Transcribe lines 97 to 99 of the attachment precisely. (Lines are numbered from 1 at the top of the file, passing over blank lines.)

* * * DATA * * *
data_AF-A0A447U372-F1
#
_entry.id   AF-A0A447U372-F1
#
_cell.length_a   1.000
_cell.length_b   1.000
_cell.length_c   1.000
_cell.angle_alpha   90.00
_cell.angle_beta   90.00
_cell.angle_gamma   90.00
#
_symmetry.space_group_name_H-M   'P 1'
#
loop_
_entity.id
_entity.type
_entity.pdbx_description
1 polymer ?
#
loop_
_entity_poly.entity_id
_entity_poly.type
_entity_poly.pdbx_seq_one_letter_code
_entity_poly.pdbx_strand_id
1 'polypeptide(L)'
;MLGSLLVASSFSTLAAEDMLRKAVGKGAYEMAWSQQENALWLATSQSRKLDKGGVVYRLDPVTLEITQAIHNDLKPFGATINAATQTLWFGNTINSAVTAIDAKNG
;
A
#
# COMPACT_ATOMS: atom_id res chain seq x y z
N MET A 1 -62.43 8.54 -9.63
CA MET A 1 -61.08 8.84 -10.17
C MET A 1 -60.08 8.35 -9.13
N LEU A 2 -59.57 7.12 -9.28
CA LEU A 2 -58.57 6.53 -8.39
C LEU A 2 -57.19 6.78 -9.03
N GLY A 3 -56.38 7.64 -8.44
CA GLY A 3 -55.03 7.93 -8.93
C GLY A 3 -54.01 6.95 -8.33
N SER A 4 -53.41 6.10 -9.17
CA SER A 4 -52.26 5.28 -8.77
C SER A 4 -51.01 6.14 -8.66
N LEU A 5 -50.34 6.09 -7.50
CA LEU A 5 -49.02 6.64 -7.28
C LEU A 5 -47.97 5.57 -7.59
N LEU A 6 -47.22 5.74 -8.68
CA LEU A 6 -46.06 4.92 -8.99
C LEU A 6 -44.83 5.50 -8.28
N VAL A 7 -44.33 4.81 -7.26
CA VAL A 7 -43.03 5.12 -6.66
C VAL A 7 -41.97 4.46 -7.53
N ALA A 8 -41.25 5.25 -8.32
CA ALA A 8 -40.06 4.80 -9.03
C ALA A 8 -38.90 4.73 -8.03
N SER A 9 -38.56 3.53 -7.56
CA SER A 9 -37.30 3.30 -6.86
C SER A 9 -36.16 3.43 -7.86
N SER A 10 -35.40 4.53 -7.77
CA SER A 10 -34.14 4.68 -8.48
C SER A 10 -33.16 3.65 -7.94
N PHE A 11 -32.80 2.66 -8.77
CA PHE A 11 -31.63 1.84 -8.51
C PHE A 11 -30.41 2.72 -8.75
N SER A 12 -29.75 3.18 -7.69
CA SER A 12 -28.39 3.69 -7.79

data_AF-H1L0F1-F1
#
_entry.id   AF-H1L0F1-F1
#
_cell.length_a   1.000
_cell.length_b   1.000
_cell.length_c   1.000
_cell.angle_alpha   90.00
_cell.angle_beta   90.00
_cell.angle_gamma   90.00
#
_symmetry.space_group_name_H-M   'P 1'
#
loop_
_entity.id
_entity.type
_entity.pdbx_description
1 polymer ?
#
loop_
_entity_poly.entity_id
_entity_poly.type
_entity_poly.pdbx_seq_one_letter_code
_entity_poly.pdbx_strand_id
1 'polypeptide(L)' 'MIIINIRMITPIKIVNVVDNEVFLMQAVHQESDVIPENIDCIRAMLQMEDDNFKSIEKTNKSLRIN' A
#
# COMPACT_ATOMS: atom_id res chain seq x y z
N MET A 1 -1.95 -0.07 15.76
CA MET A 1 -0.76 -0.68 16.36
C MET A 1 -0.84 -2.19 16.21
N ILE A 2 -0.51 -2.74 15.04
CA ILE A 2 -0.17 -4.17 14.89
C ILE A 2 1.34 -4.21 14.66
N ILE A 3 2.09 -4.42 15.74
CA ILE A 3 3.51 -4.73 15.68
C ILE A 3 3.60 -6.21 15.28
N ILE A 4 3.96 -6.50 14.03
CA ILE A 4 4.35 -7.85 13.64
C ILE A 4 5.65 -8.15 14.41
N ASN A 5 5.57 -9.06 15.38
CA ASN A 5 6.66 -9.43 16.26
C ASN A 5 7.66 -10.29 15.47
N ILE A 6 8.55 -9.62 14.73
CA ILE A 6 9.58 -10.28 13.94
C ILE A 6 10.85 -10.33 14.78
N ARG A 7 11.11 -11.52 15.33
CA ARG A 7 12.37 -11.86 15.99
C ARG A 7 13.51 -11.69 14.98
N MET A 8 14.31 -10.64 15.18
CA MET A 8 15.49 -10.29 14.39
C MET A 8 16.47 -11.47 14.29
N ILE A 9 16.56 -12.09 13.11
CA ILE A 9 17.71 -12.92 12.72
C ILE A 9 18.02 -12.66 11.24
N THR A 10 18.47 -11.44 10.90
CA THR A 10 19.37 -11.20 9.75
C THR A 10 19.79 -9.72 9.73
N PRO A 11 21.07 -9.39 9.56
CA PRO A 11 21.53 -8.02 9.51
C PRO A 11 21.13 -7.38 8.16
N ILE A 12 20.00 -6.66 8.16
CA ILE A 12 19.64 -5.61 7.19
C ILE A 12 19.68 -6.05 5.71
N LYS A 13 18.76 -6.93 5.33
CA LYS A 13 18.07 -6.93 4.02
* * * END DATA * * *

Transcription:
CA ILE A 2 -0.17 -4.17 14.89
C ILE A 2 1.34 -4.21 14.66
N ILE A 3 2.09 -4.42 15.74